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Massachusetts Agencies

Predatory Lending

Articles from The Massachusetts Focus

Newsletter of Stewart Title Guaranty Company, Massachusetts Offices
Winter 2005, Volume 4, Number 1

Predatory Lending
by Pamela Butler O'Brien, Underwriting Counsel

In response to predatory lending concerns, Massachusetts has enacted tough new legislation. Chapter 268 of the Acts of 2004, approved August 9, 2004, amends G.L.c.183 by inserting §28C, replacing §56 and §59, amending §66 and by adding Chapter 183C: Predatory Home Loan Practices. This act took effect on November 7, 2004, and applies to all loan applications received after that date. While Chapter 268 is well worth reading in its entirety, there are several things worth special note for those with time constraints.

G.L.c. 183 §28C applies to refinance transactions. Lenders are prohibited from making home loans to pay off debts of the borrower incurred within the 60 months immediately prior to the transaction unless the loan is in the best interest of the borrower. The statute sets out several factors to be used in determining whether or not a loan is in the best interest of the borrower:

  • The new monthly payment is lower than the sum of all the monthly obligations being financed.
  • There is a change in the amortization period of the loan.
  • The borrower receives cash in excess of the costs and fees of refinancing.
  • The borrower's note rate is reduced
  • There is a change from an adjustable to a fixed rate loan.
  • The refinancing is necessary to respond to a bona fide personal need or court order.

While there has been some much publicized response to this legislation that lenders will no longer be doing refinance lending in Massachusetts, a more common reaction has been a change in the lending procedures. While most of the impact of the new legislation is on the lender at the underwriting stage of the loan, lenders are occasionally asking for back up documentation at the time of closing, so read your closing instructions carefully for new requirements.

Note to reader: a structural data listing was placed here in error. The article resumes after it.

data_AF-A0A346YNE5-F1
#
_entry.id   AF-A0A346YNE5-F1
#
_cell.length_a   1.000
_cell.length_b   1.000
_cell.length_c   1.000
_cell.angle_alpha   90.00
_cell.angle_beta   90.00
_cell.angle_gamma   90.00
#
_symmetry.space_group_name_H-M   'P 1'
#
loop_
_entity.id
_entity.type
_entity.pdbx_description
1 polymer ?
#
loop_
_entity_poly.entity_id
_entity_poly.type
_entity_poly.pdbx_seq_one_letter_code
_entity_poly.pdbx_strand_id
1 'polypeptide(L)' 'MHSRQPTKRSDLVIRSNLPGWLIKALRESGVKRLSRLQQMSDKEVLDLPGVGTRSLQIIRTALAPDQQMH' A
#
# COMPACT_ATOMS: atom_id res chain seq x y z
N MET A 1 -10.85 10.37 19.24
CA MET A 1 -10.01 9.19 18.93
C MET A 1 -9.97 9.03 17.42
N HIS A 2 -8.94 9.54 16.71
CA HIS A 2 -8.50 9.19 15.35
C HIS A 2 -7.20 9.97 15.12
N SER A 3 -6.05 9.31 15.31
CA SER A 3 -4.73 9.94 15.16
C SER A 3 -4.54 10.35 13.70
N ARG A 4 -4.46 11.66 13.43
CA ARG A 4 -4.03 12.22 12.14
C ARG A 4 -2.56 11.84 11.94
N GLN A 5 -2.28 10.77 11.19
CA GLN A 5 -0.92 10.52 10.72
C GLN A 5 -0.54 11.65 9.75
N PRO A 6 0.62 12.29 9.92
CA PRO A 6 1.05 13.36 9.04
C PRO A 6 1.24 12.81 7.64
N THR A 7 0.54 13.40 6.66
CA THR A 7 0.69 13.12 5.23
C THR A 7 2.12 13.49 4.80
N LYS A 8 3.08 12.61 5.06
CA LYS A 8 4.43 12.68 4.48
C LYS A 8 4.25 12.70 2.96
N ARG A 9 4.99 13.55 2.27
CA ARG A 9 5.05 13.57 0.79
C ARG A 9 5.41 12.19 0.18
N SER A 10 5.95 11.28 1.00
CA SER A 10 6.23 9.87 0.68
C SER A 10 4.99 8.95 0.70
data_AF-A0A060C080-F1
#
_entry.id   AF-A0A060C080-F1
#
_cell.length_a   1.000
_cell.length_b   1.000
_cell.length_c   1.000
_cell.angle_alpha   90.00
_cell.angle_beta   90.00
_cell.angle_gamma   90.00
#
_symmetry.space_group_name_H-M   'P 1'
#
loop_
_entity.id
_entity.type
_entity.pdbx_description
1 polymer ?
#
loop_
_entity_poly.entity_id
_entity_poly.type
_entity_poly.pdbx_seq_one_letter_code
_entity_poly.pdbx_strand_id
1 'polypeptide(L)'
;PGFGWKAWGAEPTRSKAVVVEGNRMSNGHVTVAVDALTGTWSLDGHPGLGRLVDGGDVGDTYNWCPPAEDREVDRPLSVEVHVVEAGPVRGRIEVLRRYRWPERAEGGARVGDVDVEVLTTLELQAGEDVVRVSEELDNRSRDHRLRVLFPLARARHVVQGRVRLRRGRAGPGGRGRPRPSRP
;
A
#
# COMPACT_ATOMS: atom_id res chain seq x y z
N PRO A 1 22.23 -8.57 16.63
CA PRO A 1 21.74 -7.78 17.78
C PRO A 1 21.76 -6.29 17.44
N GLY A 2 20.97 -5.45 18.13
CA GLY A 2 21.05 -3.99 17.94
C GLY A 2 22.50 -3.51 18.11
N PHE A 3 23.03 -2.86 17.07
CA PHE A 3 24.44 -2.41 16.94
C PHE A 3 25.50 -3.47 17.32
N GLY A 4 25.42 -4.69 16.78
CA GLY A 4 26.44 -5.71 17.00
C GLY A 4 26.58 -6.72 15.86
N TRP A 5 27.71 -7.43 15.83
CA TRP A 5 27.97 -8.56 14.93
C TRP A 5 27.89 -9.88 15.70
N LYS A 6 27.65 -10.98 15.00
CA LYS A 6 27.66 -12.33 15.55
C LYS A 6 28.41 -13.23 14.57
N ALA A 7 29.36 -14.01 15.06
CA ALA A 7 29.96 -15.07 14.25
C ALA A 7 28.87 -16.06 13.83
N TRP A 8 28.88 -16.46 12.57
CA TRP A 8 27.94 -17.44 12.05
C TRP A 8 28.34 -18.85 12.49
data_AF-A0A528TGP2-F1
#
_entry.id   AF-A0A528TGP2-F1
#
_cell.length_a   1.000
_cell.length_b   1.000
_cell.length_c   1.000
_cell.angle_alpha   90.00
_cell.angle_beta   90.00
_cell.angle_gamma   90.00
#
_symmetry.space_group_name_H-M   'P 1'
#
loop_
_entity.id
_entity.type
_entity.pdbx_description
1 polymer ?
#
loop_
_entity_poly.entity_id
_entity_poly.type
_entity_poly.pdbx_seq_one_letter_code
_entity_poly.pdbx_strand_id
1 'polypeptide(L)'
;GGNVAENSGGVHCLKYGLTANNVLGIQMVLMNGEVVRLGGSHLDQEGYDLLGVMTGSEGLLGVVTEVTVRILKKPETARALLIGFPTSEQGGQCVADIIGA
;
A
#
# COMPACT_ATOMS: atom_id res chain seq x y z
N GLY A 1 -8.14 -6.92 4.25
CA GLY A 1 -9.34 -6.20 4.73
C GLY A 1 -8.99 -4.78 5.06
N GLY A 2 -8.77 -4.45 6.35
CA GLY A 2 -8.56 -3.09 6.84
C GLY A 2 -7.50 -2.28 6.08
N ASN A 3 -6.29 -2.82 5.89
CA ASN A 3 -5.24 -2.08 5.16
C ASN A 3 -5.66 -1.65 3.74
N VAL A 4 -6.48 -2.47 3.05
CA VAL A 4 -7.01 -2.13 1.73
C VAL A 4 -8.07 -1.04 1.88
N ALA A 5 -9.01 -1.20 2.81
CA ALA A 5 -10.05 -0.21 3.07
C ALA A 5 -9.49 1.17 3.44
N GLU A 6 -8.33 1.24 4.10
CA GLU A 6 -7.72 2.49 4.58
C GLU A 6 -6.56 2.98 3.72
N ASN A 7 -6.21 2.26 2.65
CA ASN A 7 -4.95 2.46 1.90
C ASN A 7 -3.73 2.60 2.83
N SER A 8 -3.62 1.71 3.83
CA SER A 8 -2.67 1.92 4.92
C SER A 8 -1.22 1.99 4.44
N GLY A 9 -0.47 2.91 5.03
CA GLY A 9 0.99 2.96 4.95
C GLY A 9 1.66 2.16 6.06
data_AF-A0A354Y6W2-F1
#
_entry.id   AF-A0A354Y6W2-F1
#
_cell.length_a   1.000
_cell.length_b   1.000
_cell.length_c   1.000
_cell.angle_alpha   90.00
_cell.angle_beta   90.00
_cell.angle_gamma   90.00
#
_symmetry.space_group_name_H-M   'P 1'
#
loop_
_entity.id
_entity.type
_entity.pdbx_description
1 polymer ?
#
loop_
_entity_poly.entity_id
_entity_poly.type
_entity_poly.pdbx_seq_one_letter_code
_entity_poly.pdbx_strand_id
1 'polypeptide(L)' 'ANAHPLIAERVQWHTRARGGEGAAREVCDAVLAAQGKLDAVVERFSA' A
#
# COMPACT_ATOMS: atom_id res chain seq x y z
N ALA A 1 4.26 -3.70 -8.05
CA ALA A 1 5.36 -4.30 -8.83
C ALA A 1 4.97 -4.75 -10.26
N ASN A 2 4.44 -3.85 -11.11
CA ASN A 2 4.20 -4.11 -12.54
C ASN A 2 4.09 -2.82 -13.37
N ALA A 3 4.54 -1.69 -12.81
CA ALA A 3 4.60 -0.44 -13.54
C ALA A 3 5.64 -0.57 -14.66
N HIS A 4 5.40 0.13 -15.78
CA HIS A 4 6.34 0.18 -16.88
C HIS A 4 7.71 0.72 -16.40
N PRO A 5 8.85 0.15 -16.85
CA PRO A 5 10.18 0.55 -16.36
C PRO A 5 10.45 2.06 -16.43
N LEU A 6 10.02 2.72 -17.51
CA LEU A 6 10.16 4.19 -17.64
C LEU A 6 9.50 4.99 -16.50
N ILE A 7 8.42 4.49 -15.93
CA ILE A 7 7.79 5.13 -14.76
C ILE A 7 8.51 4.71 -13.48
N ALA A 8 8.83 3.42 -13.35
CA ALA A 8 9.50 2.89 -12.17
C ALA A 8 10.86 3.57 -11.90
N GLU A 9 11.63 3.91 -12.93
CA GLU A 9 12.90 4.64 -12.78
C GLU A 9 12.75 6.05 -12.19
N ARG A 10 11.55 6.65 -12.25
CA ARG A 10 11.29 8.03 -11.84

G.L.c. 183, §56 changes the prepayment penalties permitted on liens secured by owner-occupied one- to four-family residences or residential properties. Once thirty-six months from the date of the note has elapsed, there may be no prepayment penalty. If a borrower refinances with a different lender within the first thirty-six months, the prepayment penalty may not exceed six months interest. If the borrower is refinancing with the same lender, the prepayment penalty shall not exceed either the first years' interest or three months interest, whichever is less. Mortgages insured by the Federal Housing Commissioner are an exception to this section, and the borrower may have additional liabilities under these mortgages.

The new Chapter 183C makes high-cost home mortgages originated in violation of the statute unenforceable. The statute defines high-cost mortgage loans to be loans that meet certain criteria with respect to either the interest rate charged or by a calculation of points and fees charged in connection with the loan amount. The new statute has many restrictions on high-cost mortgage loans, and only a few will be highlighted here. If you are working with a lender that provides these mortgages, a careful review of the statute is recommended. A creditor is prohibited from making a high-cost mortgage loan unless the borrower has a certificate from an approved counseling agency that they have received counseling on the advisability of the loan transaction. The banking commissioner will maintain a list of counseling programs approved for this purpose. High-cost mortgage loans may not contain prepayment penalties nor provisions that change the interest rate after default. There is a limit on the amount of points and fees that can be included in the loan amount. In addition to the fact that violations of the Predatory Home Loan Practice Act is a violation of Chapter 93A, it is noteworthy that assignees of the original lender of high-cost mortgage loans are subject to the affirmative claims and defenses that borrowers could assert against the original lender.

The Massachusetts Division of Banks is responsible for establishing regulations regarding the new predatory lending laws. Their regulations may be found on their website, www.mass.gov/dob. In addition, their website has a compilation of frequently asked questions and answers.